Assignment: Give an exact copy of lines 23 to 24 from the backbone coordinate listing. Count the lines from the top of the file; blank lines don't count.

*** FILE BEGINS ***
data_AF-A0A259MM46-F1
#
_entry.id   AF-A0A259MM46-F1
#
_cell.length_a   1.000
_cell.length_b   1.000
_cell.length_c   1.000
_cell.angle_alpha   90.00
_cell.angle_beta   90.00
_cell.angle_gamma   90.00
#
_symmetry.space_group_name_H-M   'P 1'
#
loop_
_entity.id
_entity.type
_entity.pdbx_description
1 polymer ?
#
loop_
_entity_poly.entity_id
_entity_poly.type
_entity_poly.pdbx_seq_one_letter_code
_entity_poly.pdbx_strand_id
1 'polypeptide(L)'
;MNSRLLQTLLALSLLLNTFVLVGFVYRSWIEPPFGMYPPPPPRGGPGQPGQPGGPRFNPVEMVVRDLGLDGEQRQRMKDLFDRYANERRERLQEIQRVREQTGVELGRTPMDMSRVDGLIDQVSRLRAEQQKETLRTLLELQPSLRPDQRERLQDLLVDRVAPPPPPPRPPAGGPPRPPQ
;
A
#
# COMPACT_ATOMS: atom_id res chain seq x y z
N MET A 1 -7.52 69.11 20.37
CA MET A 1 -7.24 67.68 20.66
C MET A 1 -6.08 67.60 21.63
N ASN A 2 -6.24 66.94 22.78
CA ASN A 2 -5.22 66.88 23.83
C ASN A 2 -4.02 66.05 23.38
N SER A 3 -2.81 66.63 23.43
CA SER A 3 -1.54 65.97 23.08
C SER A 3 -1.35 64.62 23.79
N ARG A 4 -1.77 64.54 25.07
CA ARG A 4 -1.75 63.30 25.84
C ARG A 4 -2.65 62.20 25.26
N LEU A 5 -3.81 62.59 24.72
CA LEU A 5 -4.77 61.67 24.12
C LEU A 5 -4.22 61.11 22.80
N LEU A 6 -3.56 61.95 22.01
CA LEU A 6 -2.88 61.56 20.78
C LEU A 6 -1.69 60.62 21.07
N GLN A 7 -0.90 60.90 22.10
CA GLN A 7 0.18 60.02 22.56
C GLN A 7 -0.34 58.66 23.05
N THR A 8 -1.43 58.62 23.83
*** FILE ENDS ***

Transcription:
_entity_poly.pdbx_seq_one_letter_code
_entity_poly.pdbx_strand_id